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In Part 2 ("Apert") of Anathem, Erasmas was guiding a tour and was explaining the story of a statue of Cnoüs:

"The central sculpture was more than six thousand years old; it had been a world-famous masterpiece for almost that long. [...] It was Cnoüs, aged but muscular, with long, wavy beared and hair, sprawled back against the gnarled roots of a tree, staring up in awe and astonishment. As if it to shield himself from vision, he had raised a hand, but could not resist the temptation to peek over it. Gripped in his other hand was a stylus. Tumbled at his feet were a ruler, a compass, and a tablet graven with precisely constructed circles and polygons.

[...] Everyone else—even I, who'd seen it many times—looked up to see what was having such an effect on poor old Cnoüs. The answer (at least, ever since the statue had been installed here) was an oculus, or hole at the apex of the Rotunda dome, shaped like an isosceles triangle, and letting in a beam of sunlight."

"Cnous was a master stonemason," I began. "On one ancient tablet, which was made before he had his vision, he is described by an adjective that literally means one who is elevated. This might mean either that he was especially good at being a stonemason or that he was some kind of holy man in the religion of his place and time. At the command of his king , he was building a temple to a god. The stone was quarried from a place a couple of miles upriver and floated down to the building site on the rafts."

Is Stephenson making a blatant reference to freemasonry, is he making a biblical reference, or is Cnous's back story a coincidence to masonic symbolism? I can't find much on this portion of the novel.

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I don't believe that this is a "blatant reference to Freemasonry", although some parallels may be intentional.

However, some parallels would be almost unavoidable, given what Stephenson is attempting with the story of Cnoüs.

The idea of the story of Cnoüs is that it is the foundation for the path of the Avout, and the explanation for the creation of the Discipline and the Maths. It seems unavoidable that the backstory for a monastic order devoted to the study of math and science, organized at a fundamental level by mathematical concepts (Maths, Concents, etc.), would be heavily based in... mathematics.

Stonemasonry is one of the earliest professions to rely heavily upon a superior knowledge of mathematics, and rulers and compasses were basic tools of the trade.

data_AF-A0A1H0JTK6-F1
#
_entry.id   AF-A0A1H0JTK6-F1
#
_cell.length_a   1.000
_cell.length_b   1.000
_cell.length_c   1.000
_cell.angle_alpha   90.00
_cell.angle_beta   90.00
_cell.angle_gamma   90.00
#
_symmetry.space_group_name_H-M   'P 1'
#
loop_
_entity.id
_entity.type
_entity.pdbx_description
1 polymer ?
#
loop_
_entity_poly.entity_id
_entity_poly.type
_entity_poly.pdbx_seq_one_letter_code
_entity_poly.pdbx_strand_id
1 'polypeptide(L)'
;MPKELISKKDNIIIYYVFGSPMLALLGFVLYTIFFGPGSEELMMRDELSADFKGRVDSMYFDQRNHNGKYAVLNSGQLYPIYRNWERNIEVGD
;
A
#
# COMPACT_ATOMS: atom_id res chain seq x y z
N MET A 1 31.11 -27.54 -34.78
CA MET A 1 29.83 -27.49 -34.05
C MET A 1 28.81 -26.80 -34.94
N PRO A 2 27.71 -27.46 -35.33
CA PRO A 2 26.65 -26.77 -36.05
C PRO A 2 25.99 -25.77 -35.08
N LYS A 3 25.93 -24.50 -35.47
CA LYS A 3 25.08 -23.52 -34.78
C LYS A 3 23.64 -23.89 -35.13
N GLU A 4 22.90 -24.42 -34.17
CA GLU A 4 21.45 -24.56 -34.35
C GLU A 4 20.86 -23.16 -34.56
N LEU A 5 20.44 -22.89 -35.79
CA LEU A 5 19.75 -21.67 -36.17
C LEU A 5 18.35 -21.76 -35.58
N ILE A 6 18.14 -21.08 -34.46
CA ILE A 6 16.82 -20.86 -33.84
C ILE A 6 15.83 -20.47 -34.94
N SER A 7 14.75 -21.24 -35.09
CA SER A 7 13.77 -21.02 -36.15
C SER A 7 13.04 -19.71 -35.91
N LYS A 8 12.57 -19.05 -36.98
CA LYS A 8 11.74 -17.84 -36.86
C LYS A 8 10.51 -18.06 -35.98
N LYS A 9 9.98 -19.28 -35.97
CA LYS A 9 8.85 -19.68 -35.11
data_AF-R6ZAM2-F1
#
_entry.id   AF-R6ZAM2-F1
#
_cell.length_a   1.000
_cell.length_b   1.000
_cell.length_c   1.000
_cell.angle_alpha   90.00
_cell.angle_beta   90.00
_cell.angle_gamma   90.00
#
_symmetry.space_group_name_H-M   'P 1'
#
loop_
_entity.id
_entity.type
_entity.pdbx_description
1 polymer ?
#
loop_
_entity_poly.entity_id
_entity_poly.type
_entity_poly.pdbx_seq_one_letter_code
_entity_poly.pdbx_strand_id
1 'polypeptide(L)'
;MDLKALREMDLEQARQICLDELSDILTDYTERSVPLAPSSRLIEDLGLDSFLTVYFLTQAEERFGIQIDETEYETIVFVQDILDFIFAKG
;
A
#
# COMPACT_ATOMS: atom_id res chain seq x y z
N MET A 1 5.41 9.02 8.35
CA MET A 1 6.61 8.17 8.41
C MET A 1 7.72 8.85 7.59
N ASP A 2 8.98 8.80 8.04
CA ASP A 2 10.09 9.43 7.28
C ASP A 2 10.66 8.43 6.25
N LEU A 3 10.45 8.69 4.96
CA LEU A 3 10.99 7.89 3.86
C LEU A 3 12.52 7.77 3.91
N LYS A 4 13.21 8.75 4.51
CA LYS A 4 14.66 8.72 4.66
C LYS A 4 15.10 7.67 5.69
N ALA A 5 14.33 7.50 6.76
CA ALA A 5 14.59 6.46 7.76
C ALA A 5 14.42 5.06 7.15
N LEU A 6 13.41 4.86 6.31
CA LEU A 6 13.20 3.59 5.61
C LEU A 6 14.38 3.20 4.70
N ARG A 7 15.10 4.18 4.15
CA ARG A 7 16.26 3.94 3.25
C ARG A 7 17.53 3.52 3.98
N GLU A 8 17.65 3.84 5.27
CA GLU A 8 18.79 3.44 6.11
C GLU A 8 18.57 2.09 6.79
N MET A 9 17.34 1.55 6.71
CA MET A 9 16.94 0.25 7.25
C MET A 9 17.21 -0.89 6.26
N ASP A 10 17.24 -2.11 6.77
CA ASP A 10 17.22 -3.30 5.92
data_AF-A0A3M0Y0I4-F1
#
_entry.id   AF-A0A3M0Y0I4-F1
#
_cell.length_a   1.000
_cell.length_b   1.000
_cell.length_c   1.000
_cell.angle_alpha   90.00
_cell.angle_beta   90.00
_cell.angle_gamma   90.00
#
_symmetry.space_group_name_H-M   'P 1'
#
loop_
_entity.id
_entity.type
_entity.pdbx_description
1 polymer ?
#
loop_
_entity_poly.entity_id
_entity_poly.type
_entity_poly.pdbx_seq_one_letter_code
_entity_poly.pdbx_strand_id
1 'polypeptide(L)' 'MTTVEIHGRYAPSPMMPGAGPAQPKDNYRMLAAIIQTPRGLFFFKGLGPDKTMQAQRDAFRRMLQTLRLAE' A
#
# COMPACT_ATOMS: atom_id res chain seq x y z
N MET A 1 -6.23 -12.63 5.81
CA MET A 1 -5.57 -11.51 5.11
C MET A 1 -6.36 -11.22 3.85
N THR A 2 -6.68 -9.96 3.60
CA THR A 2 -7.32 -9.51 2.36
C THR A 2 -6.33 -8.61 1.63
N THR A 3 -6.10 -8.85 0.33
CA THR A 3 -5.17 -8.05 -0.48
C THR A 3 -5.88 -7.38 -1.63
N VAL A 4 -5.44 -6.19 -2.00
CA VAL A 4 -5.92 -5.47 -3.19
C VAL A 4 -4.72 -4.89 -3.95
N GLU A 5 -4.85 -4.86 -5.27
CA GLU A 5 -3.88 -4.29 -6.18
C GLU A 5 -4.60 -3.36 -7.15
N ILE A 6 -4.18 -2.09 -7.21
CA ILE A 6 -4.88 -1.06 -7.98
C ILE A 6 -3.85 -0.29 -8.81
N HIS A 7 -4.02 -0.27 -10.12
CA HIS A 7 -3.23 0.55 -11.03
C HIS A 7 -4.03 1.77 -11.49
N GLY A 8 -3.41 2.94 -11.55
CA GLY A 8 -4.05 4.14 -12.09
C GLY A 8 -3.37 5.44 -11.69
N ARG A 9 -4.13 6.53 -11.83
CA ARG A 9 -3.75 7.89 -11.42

While both of those have strong symbolism within Freemasonry, that's simply because Freemasonry started from the same foundation: stonemasons.

The compass, the ruler, and isosceles triangles all have roles within Masonic symbolism, but to my knowledge circles and polygons do not. All of these, however, have obvious mathematical symbolism, which is entirely congruent with the context of the story as the foundation for the path of the Avout.

There are other discrepancies, too.

While it is mentioned that Cnoüs was building a temple to a god, at the command of his king, the obvious Masonic parallel would be that of Hiram Abiff, who was in charge of building the Temple of Solomon. However, he was building that temple for two kings: King Solomon, and King Hiram, who were working together.

The idea of floating the stones down the river on rafts also has no corresponding place within the story of Hiram Abiff. Nor is there mention that I recall seeing of Hiram Abiff having any daughters, nor of him angering a king.

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Socrates was a stonemason by trade. Cnous is clearly a combination of Socrates, the father of western philosophy and Abraham the father of Monotheism(debatable I know)

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A motif in the novel is "carving something specific out of the undifferentiated potential," and the idea of left-over cast-off from sculpting work, generally. For example:

  1. Edharian Thousanders carving the Crag out of the bedrock using explosives and water-jet cutters
  2. Cord's dramatic introduction operating the five-axis mill, and her watch chain
  3. Emman's EK trigger, carved from a solid billet

This is contrasted with the Procians' existentialism in the second half of the novel.

Stonemasonry is an ancient example of "cashing in" the potential for the actual.

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    Do you have any evidence you can edit in that Stephenson meant these as references or are these just parallels you have found? – TheLethalCarrot Oct 23 '18 at 23:11
  • If you're politely telling me this is too opinion-based, I appreciate you doing so tactfully! Do you mean, someone else saying what I'm saying? Do I need to add more examples of this theme to make my case iron-clad? Short of a notarized letter from Stephenson, I can't think of what might qualify as evidence. – Brian Graham Oct 23 '18 at 23:18

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